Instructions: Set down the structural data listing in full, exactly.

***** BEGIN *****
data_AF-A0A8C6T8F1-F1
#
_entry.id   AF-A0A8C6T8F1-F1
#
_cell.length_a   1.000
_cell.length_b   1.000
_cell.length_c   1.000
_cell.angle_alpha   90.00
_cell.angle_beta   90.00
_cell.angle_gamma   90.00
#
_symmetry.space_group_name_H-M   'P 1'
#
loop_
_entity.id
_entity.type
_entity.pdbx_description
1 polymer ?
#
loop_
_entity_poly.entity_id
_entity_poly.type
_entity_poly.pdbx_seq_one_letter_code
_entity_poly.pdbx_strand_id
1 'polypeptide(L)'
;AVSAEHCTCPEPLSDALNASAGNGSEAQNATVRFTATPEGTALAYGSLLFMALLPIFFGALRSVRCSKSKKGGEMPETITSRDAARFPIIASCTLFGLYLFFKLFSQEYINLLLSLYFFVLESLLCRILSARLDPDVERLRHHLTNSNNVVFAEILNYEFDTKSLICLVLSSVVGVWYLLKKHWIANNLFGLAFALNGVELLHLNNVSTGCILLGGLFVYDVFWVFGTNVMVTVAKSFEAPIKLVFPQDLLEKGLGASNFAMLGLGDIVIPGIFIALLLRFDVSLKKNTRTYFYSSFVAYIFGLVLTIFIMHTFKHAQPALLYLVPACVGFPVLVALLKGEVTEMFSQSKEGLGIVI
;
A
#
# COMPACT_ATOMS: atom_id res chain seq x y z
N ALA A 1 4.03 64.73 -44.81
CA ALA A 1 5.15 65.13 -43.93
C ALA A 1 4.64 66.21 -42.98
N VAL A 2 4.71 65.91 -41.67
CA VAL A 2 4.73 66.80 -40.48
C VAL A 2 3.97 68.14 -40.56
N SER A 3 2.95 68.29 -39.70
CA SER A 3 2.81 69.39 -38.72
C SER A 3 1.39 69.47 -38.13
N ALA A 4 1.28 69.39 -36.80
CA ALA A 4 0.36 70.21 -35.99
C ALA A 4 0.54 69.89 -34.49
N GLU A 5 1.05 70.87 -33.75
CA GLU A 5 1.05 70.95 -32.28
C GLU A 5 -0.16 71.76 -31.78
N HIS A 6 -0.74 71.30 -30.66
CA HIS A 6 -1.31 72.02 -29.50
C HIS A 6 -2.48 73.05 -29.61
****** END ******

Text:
data_AF-A0A8C6T8F1-F1
#
_entry.id   AF-A0A8C6T8F1-F1
#
_cell.length_a   1.000
_cell.length_b   1.000
_cell.length_c   1.000
_cell.angle_alpha   90.00
_cell.angle_beta   90.00
_cell.angle_gamma   90.00
#
_symmetry.space_group_name_H-M   'P 1'
#
loop_
_entity.id
_entity.type
_entity.pdbx_description
1 polymer ?
#
loop_
_entity_poly.entity_id
_entity_poly.type
_entity_poly.pdbx_seq_one_letter_code
_entity_poly.pdbx_strand_id
1 'polypeptide(L)'
;AVSAEHCTCPEPLSDALNASAGNGSEAQNATVRFTATPEGTALAYGSLLFMALLPIFFGALRSVRCSKSKKGGEMPETITSRDAARFPIIASCTLFGLYLFFKLFSQEYINLLLSLYFFVLESLLCRILSARLDPDVERLRHHLTNSNNVVFAEILNYEFDTKSLICLVLSSVVGVWYLLKKHWIANNLFGLAFALNGVELLHLNNVSTGCILLGGLFVYDVFWVFGTNVMVTVAKSFEAPIKLVFPQDLLEKGLGASNFAMLGLGDIVIPGIFIALLLRFDVSLKKNTRTYFYSSFVAYIFGLVLTIFIMHTFKHAQPALLYLVPACVGFPVLVALLKGEVTEMFSQSKEGLGIVI
;
A
#
# COMPACT_ATOMS: atom_id res chain seq x y z
N ALA A 1 4.03 64.73 -44.81
CA ALA A 1 5.15 65.13 -43.93
C ALA A 1 4.64 66.21 -42.98
N VAL A 2 4.71 65.91 -41.67
CA VAL A 2 4.73 66.80 -40.48
C VAL A 2 3.97 68.14 -40.56
N SER A 3 2.95 68.29 -39.70
CA SER A 3 2.81 69.39 -38.72
C SER A 3 1.39 69.47 -38.13
N ALA A 4 1.28 69.39 -36.80
CA ALA A 4 0.36 70.21 -35.99
C ALA A 4 0.54 69.89 -34.49
N GLU A 5 1.05 70.87 -33.75
CA GLU A 5 1.05 70.95 -32.28
C GLU A 5 -0.16 71.76 -31.78
N HIS A 6 -0.74 71.30 -30.66
CA HIS A 6 -1.31 72.02 -29.50
C HIS A 6 -2.48 73.05 -29.61